Friday, April 2, 2010

Why Do Genomic Cancer Diagnostics Cost So Much?

After reading the introduction to this PLoS ONE article, I started to wonder why there are there several published microarray expression profiles for cancer progression yet relatively few microarray-based diagnostics used in a clinical setting. Although this PLoS ONE paper focuses on analysis of ovarian cancer (and mentions the lack of a clinical microarray diagnostic for ovarian cancer), the paper also cites the current use of a breast cancer diagnostic called MammaPrint.

After reading the wikipedia entry on MammaPrint, I was surprised to learn that it took 5 years for the diagnostic to reach the market following the initial publication showing that the expression profiles for a set of 70 genes could successfully predict the cancer progression. This information is important because more aggressive treatments early in cancer progression may be able to help cancer patients who would otherwise have a high mortality rate (as predicted by their gene expression profile). I was also surprised to learn the high price of both MammaPrint and its competitor Oncotype DX. Although I do not think I can provide a complete answer to why these prices are so high, I would like to take a moment to first demonstrate that the price of these tests far exceeds the cost to conduct the test and then discuss how I think these costs can be offset by decreasing the amount of time and effort that it takes to bring a medical diagnostic tool to the market.

Based upon their wikipedia entries, the MammaPrint diagnostic costs $4,200 and the Oncotype DX test costs $3,978. To give you an idea about how much it actually costs to carry out this test, it costs $350 for a full service microarray analysis (including labor and data analysis) of an Agilent Whole Human Genome Microarray for on-campus customers at the UT-Southwestern Micoarray facility. This is comparable to the cost of most of the microarray facilites that I have worked with, and Agilent produces high quality microarrays. Now, most laboratory kits have a warning that they are “intended for research purposes only,” and this is probably true for the human Agilent array. However, I think this warning is mostly to avoid litigation and not due to a severe lack of technical accuracy, and I expect the actual cost for a clinical microarray test to be in the hundreds (not thousands) of dollars. I’m sure that this high cost is the product of a combination of factors, such as research costs, legal costs, patent law, and the US healthcare system. However, I’m going to focus on ways to potentially cut research costs because that is the area that I know most about.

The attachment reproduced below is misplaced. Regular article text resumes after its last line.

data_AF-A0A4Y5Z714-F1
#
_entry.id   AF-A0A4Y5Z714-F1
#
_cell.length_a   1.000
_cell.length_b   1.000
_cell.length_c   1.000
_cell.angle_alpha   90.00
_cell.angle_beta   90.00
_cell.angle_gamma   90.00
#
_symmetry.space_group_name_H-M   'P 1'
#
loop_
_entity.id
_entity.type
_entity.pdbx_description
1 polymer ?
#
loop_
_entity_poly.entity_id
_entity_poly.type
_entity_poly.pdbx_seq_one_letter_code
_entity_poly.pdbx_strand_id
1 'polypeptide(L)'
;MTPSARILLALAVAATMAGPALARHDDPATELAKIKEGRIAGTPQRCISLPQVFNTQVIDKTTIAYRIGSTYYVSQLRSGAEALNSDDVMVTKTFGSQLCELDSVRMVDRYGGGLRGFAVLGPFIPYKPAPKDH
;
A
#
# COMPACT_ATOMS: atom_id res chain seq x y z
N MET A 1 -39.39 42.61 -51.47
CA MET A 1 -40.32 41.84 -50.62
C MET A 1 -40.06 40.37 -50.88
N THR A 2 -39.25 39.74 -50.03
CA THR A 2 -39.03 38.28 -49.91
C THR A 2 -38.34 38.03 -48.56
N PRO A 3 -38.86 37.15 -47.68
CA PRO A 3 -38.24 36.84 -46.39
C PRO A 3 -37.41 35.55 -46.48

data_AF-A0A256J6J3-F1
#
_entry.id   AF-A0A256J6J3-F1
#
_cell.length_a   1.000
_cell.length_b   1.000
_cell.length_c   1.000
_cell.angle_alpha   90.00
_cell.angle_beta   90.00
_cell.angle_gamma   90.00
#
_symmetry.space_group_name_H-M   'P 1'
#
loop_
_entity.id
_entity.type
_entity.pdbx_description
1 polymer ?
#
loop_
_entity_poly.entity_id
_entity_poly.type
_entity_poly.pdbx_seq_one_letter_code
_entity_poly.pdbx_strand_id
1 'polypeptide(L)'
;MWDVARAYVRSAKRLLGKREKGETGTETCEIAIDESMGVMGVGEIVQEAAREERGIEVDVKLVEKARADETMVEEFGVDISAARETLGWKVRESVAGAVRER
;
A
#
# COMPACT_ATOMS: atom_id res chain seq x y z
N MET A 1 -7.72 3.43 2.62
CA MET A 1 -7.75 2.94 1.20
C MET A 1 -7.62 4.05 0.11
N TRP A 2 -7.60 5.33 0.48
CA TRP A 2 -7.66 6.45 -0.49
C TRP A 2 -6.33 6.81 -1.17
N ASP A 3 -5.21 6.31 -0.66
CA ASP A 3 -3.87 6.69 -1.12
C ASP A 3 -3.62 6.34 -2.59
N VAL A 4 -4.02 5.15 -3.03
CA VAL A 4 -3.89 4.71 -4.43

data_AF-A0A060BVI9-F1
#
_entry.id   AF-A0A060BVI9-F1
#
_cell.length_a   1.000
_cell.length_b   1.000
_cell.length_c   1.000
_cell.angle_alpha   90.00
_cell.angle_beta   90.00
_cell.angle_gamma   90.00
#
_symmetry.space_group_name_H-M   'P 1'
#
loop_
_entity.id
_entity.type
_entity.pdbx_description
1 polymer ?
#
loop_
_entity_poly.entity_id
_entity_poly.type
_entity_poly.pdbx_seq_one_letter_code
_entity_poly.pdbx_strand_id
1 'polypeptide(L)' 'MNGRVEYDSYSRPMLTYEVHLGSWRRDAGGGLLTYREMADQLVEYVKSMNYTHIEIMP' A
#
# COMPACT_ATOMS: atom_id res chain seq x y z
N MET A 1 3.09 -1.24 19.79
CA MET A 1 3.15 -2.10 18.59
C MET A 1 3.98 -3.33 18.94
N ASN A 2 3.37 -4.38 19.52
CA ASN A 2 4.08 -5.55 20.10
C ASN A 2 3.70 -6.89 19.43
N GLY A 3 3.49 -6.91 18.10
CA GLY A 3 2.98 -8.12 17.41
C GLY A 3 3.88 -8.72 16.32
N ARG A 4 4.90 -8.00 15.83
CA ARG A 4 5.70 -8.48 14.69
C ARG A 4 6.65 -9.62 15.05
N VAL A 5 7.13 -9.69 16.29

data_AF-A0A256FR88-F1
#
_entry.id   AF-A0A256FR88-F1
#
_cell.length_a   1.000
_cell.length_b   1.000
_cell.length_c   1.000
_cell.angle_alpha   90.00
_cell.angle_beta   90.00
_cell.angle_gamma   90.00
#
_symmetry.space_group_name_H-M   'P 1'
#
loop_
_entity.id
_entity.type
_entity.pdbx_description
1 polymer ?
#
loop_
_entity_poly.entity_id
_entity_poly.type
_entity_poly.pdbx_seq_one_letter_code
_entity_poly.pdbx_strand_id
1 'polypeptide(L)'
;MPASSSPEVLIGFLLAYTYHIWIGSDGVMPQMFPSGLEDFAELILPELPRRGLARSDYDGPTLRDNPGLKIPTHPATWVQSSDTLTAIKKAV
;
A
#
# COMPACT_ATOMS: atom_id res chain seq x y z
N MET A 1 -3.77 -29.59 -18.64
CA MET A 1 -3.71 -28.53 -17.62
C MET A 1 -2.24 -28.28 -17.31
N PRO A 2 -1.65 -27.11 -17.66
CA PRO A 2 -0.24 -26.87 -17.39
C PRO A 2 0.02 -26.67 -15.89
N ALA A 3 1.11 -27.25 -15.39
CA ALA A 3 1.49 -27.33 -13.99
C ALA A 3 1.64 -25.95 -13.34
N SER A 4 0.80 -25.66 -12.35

Now, I want to make clear that the initial publication of a potential diagnostic test is not sufficient to prove the widespread effectiveness of that test. For example, the microarray test for ovarian cancer in the PLoS ONE article had substantially better predictive power on the training dataset than when applied to a new dataset. Therefore, I want to make clear that I do think follow-up studies were necessary to prove the effectiveness of MammaPrint.  However, I still don’t think it should have taken 5 years to test the effectiveness of this diagnostic and I think effectiveness can be determined without as much government regulation.

Before MammaPrint could be put into widespread use, it had to gain FDA approval. This required multiple verification studies, and this is the crucial event that defines the 5 year gap between initial publication and availability on the free market. First off, I don’t think FDA approval should be necessary for diagnostics. I do think physicians need some way to quickly access the effectiveness of a medical diagnostic and/or therapeutic, but I think there are more better ways to determine the effectiveness of a given treatment. For example, a relatively recently posted TED talk by Jamie Heywood discusses how his start-up Patients Like Me, developed by three MIT engineers, can diagnose medical treatments more quickly and effectively than clinical trails. This website analyses a database of information provided by patients, and therapeutic effectiveness can be assessed immediately based upon currently available data. In the very least, I think this company could be an excellent model for a more formal system using data from physicians that does not carry all the restrictions of a clinical trail. These changes should decrease the cost of medical care because companies claim that these price markups are necessary to recoup the costs of research and development, and a more streamlined process for accessing the effectiveness of treatments will decrease research costs.

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